India is a signatory to various international laws. It expressly deem domestic violence as a crime. Five years ago, the country had enacted a national law, the Protection of Women Against Domestic Violence Act 2005 (PWDVA). The law seeks to protect the rights of women who face abuse within the home.
However, one incident cited is the immediate response of the Ministry of External Affairs (MEA) to a news that one of its senior diplomats based in the UK was alleged to have committed domestic violence. The woman who faced the attack went public. It was ultimately the MEA that was left appearing grossly insensitive to the feelings of women.
Revisiting the MEA’s first response to the event is useful because it reveals its instinctively patriarchal mindset. It professed to be “carefully looking into the incident.” It went on to submit that these are “sensitive and personal issues” that pertain to “individuals.” It also offered a sanguine presumption: “It is now expected that this matter will be resolved between husband and wife to their mutual satisfaction.”
The MEA has not learnt very much from a sordid incident that dates back to a decade ago, involving another Indian diplomat based in Paris. At the centre of that story was Lalita Oraon, an Indian domestic worker who was working for his family. She fled from the home of her employer alleging gross mistreatment, an accusation that seemed to be borne out by the ulcers on her body.
When the French media had reported this case in September 1999, a furious Indian embassy refused to even admit to the possibility that anything was wrong. They have stated without the benefit of an independent investigation that the allegations were “false and strongly denied.”
The MEA’s overblown reaction had attracted a great deal of opposition from various quarters. One of the concerns raised then was that in defending its diplomat to the hilt. The Indian embassy was neglecting its responsibility to Oraon, who was also an Indian citizen and entitled to its concern and protection.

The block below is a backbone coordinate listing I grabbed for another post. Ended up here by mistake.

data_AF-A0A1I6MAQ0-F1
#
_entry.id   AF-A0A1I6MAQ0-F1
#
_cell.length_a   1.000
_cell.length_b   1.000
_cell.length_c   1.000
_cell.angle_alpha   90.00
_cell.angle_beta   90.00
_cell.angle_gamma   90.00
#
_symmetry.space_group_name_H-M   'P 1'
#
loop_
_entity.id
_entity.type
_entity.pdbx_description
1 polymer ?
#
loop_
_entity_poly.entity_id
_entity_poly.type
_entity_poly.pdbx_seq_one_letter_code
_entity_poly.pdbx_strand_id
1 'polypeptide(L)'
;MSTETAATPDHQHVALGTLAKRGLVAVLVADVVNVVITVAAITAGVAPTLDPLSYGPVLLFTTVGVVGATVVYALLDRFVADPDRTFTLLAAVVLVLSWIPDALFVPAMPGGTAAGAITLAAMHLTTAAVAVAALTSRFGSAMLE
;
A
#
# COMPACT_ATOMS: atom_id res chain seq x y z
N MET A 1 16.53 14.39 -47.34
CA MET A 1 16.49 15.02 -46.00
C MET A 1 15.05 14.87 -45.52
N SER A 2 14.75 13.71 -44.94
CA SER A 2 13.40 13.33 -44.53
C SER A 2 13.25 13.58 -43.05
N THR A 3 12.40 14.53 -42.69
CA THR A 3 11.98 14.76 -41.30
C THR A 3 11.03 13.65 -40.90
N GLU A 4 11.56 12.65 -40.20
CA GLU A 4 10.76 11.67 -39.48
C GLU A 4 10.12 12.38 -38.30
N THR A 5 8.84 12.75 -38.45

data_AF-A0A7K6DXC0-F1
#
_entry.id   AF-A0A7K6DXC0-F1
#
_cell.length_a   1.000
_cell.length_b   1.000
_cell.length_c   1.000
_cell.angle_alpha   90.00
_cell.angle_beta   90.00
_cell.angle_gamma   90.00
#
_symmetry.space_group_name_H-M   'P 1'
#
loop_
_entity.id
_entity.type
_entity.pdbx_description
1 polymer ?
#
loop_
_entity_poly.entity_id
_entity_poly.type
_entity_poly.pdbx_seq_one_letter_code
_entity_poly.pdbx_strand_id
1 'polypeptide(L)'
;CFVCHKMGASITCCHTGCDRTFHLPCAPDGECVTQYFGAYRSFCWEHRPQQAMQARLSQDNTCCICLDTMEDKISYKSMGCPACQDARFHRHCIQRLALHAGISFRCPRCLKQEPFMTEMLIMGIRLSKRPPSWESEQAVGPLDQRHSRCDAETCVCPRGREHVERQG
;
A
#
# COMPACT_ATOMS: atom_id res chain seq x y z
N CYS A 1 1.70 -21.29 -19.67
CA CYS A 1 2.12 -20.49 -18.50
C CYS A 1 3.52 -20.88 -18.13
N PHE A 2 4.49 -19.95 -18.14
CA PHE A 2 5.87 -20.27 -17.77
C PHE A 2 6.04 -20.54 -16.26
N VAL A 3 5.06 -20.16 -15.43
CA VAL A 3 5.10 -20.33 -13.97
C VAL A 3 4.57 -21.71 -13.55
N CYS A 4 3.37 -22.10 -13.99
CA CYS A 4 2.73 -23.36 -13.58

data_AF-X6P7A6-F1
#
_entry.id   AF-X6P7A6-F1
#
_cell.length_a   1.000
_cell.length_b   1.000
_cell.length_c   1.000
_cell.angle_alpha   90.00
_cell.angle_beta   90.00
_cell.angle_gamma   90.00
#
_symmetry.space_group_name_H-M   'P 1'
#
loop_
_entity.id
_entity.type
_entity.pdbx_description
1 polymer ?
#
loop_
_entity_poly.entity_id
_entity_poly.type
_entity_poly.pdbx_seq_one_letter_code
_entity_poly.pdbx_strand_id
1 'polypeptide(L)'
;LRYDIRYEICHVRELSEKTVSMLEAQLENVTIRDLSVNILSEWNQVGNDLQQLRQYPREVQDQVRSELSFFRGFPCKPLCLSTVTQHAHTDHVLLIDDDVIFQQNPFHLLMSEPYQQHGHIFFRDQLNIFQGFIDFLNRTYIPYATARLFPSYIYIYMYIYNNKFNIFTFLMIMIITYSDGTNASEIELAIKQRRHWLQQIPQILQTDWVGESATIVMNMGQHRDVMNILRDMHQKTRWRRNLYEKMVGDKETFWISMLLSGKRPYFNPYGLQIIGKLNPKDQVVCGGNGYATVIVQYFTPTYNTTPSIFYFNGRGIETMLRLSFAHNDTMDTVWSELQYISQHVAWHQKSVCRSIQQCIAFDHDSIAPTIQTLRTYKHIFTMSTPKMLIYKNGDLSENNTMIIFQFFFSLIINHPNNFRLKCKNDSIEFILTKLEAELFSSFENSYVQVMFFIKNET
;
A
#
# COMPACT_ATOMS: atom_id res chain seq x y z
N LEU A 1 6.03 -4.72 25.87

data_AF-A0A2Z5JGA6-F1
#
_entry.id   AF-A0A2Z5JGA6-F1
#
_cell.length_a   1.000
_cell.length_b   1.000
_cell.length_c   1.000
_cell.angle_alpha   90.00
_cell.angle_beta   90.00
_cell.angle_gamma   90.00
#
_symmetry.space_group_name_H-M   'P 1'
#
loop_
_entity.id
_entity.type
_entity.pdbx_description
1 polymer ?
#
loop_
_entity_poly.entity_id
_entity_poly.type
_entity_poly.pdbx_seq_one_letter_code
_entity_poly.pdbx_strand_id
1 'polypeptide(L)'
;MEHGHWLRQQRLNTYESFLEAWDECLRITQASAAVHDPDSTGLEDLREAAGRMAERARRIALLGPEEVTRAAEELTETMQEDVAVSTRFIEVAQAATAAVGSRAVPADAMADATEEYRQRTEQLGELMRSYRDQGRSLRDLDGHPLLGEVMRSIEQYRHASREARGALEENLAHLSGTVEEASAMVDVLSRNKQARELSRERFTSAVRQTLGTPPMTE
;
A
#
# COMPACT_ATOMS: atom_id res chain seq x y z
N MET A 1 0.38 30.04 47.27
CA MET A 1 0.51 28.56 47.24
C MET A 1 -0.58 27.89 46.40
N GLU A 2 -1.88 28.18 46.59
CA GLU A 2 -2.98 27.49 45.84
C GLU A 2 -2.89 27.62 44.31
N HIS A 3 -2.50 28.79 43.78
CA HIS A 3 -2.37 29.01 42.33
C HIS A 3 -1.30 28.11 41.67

This argument holds true in the London case as well. While the response from the MEA in the latest instance was a little more measured when compared to the Parisian imbroglio of 1999, the Ministry still seemed to be speaking more for the diplomat who had allegedly attacked his wife. In fact, by attempting to brush the episode aside as a “private” issue, it was betraying the right to justice of the allegedly abused woman.
The other issue that emerges in this development is the misuse of diplomatic immunity. In this case, according to the details provided by his wife, the diplomat kept citing his diplomatic immunity to intimidate his wife. This amounts to making a mockery of the immunity from prosecution granted under the Vienna Convention of 1961.
Chennai-based commentator, Swarna Rajagopalan, rightly asked in her blog, “Should diplomatic immunity extend to those who perpetrate violence against the vulnerable? Should domestic violence be treated as a private and lesser issue than the sanctity of diplomatic status? No one should be pronounced guilty until proven as such, but how can that happen in this case, where the accused cannot be investigated or tried?”
Domestic violence has a long unrecorded history.Unrecorded because it was never perceived as s crime since it occurred within the time-honoured sanctity of the home. It was invariably perpetrated by those wielding power within it. It was not until the last quarter of the 20th century that women’s and human rights activists succeeded in putting domestic violence on the table. They underlined that such crime was not just a matter between “individuals.”
Today, there is a growing realisation in India too. This is the only way to regard such behaviour. The PWDVA has defined domestic violence in the broadest possible terms and which includes physical abuse, sexual abuse, verbal, emotional abuse, as well as economic abuse. The Delhi high court recognised the importance of this when it commented in a 2010 verdict that often “laws are passed to ensure normative changes in the society.”
National interest, which the MEA purports to champion, must come to be defined in terms of commitment to the highest standards of law and justice. By any reckoning, punishing the perpetrators of domestic violence, once they are proved to have committed it, is a matter of national interest.
It was only after the outrage in India over the London incident broke out, that the MEA stated that it does not condone domestic violence. Hindsight is a marvellous educator and here’s hoping some important corrections in official attitudes will follow.